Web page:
What Should I Do When I See Someone Hitting Their Kid?
Eleven Strategies for All Personalities and Occasions
By Debra L. Stang
November, 2001

Unfortunately, there aren't any easy answers to that question. Each situation is different, and what works for one person may not work for another. The following ideas explore some of your options.
  1. Confront the hitter directly. Sometimes saying calmly and firmly, "Stop hitting your child," is enough to dissuade a hitter. This is especially true if you are someone the hitter likes and respects. Keep in mind, however, that strangers may not respond well to direct confrontation. Some may even take their anger and embarrassment out on the child once they get to a private place. If you do choose to confront the hitter, keep your own manner as calm as possible. Avoid making any threats of violence yourself. If the situation escalates and you believe that you or the child is in danger, call the police.

  2. If you are in a business place, involve an employee. Find a manager or supervisor and say something like, "Please speak to the woman in the red coat. She is hitting her child." If the employee refuses to intervene, claiming that how a parent disciplines his or her child is not their business, ask if he or she would show a similar lack of concern if one adult were assaulting another, or if the child were being assaulted by a stranger. Also, ask about their policies regarding workplace violence. Tell the employee that if he or she does not take appropriate steps to protect the child, you will be contacting the president of the business, as well as the local media.

  3. Be a witness. Direct confrontations can be frightening and dangerous. But even if you are too intimidated to confront a hitter, you do not have to simply walk away. Instead, stand at a safe distance and look directly at the hitter without smiling. Maintain eye contact. Many hitters will feel uncomfortable and stop what they are doing. A few may challenge you by saying something like, "What are you looking at?" Your answer, of course, is simple. "Child abuse."

  4. Intervene early. If you see a confrontation between parent and child escalating, step in. Parents may hit if they become frustrated with their child's behavior and feel pressure from onlookers to "make that kid behave." Your best bet is to try to validate the parent's frustration while normalizing the child's behavior. ("Looks like you're both having a long day. My little one used to get like that while we were holiday shopping.") If you know the parent, offer to watch the child for a few minutes while the parent regains emotional control.

  5. Keep a few copies of the booklet, Plain Talk about Spanking on hand so they are ready when needed. If you feel you can't offer the booklet directly, slip one into the hitter's shopping cart, under the windshield wiper, on the doorstep, etc. If you know the mailing address of a hitter who might benefit from Plain Talk..., but you don't want that person to know you are involved, e-mail Project NoSpank at booklet@nospank.net, and tell us where to send the booklet. We'll mail one immediately. Or if you want the electronic version to go to an e-mail address, tell us where and we'll e-mail it. In either case, your identity won't be revealed.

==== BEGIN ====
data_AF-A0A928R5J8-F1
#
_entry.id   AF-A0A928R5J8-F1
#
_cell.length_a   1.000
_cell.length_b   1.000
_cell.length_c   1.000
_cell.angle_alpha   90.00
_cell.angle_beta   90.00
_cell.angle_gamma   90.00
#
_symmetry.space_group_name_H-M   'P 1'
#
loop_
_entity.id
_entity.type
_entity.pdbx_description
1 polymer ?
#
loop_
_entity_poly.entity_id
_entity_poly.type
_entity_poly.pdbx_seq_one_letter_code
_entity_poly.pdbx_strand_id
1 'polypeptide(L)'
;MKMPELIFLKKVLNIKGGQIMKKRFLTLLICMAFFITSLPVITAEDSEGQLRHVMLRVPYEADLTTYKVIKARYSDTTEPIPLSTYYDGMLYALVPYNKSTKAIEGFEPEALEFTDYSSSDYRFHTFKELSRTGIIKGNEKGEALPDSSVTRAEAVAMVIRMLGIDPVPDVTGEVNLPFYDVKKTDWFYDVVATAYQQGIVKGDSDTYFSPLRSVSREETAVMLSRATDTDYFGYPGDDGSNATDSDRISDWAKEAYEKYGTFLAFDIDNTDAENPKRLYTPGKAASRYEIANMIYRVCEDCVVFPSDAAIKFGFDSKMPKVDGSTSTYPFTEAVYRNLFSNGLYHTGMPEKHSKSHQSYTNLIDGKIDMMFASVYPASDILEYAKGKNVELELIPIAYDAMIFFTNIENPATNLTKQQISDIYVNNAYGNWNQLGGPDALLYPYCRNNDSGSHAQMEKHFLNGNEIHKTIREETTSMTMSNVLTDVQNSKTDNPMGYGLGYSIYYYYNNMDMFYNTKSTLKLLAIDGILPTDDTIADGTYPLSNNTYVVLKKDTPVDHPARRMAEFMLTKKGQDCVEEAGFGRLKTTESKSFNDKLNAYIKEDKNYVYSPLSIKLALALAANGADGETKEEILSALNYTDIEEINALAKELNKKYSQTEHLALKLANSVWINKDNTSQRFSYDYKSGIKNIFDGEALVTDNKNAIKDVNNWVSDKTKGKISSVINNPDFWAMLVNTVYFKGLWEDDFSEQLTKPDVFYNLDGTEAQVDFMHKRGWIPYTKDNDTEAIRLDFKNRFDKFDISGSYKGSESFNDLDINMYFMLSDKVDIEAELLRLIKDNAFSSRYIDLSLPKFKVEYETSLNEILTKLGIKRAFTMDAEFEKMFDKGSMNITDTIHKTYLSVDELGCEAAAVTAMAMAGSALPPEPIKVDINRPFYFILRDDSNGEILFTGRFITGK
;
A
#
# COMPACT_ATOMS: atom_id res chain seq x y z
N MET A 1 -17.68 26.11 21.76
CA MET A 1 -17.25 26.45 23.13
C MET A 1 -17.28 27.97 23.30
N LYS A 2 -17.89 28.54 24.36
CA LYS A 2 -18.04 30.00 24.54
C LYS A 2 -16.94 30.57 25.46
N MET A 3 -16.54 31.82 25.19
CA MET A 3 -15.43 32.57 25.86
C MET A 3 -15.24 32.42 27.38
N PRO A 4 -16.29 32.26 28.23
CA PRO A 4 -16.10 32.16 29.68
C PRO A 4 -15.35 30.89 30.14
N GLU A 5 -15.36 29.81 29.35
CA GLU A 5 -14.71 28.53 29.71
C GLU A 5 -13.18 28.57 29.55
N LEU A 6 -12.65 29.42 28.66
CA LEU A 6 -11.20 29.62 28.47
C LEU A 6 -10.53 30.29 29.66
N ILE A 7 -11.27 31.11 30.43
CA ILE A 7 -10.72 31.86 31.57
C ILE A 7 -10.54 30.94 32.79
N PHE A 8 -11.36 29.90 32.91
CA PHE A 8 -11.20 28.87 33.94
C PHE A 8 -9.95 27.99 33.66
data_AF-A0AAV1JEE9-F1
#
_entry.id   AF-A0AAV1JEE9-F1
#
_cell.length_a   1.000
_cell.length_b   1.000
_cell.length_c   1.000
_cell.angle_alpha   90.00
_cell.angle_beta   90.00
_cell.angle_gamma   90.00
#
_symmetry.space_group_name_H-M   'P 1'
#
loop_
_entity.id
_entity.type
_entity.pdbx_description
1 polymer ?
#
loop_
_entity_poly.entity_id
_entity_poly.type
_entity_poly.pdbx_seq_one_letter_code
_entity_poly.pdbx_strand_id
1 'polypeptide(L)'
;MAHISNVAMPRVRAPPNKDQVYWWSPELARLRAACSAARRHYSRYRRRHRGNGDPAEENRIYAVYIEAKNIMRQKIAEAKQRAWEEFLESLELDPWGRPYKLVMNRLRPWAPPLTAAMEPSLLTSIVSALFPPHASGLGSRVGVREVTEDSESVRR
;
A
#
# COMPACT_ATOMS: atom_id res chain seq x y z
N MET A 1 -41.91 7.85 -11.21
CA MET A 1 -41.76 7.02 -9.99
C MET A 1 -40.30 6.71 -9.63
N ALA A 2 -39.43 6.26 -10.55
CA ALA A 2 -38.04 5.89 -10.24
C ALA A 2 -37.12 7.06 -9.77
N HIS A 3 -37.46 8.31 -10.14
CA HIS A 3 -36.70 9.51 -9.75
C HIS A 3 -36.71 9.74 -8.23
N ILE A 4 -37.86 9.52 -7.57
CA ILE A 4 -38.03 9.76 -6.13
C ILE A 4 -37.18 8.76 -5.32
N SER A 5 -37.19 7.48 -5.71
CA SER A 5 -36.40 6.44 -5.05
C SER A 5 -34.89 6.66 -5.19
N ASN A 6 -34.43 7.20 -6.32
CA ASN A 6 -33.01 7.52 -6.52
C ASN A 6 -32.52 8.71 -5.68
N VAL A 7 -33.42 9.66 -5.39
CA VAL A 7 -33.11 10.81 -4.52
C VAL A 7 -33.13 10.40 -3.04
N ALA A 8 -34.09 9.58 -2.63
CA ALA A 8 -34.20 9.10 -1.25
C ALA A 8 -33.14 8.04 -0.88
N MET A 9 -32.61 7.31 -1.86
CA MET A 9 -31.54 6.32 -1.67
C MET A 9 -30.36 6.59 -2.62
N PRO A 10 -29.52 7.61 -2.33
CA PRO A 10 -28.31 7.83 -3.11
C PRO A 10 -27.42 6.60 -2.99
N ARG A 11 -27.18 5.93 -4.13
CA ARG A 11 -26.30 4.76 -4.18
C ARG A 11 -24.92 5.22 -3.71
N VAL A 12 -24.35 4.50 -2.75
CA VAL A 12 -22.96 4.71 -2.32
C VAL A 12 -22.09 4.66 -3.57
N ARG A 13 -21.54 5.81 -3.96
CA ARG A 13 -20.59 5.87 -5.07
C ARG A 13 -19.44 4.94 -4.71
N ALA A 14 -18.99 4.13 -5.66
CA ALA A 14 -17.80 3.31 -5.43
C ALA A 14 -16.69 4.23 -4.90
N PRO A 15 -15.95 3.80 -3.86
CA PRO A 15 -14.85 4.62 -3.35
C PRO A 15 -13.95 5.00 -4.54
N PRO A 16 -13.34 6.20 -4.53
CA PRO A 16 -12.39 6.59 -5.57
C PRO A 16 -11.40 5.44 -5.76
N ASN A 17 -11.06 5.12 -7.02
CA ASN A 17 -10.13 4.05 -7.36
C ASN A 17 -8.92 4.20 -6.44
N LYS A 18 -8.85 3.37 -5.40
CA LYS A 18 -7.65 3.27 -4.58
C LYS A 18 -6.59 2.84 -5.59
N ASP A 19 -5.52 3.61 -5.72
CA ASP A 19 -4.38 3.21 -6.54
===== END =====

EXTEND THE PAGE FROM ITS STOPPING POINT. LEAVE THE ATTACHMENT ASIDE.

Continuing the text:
6. Call a child abuse hotline or your local child protective services agency. In the United States you can also call 1-800-4-A-CHILD. The more you know about the hitter and the victim, the better, but you can call a child abuse hotline with no more than a license plate number. Be aware, though, that most states will not consider an incident abusive if it is "just" a spanking.

  7. If you believe the child being hit is in imminent danger, call the police. You can also call the police if you are not sure whether or not the child is in danger, for instance, if you hear the sounds of hitting and crying from the apartment beneath yours.

  8. Involve someone the hitter likes and respects. If you know the hitter, think about someone whose advice he or she values. Ask that person to speak to the hitter about the dangers of corporal punishment.

  9. If you are in a public place, invoke the rules of the establishment. Just as you might tell someone who was lighting up a cigarette in a hospital room, "They don't allow smoking here," you can say to a hitter, "This store has a policy against violence." Very often, the hitter will give you a blank look and say, "I'm not being violent. I'm just giving my son a spanking." Your best response? Pretend you are a broken record and keep saying, "Hitting is a form of violence, and this store has a policy against violence."

  10. If you are too upset or frightened to intervene during the spanking, consider speaking to the hitter after you have both had a chance to calm down. At the very least you can say, "I felt really upset when I saw you spank your child a few minutes ago." At most, especially if the hitter is someone you know, you may be able to have a constructive discussion and plant the seeds of lasting change.

  11. Finally, whatever you do, do not give implied approval to a hitter. Don't smile, even if you are nervous. Don't nod agreement when a hitter says, "Just had to teach my kid a lesson." Don't stay silent when a hitter says, "I'm going to take him home and give him something to cry about." Disapproval is a powerful social weapon. Wield it well.
An old civil rights slogan once advised, "Use your voice - silence is consent." This is very true when talking about a culturally accepted practice like spanking. It may be easier to keep silent, but when we do, hitters see that as consent to continue hitting their kids. So, the next time you are at a store, or a park, or a family reunion, and you see an adult assault a child, try one of these eleven suggestions. Let's not give consent to any more violence against children.

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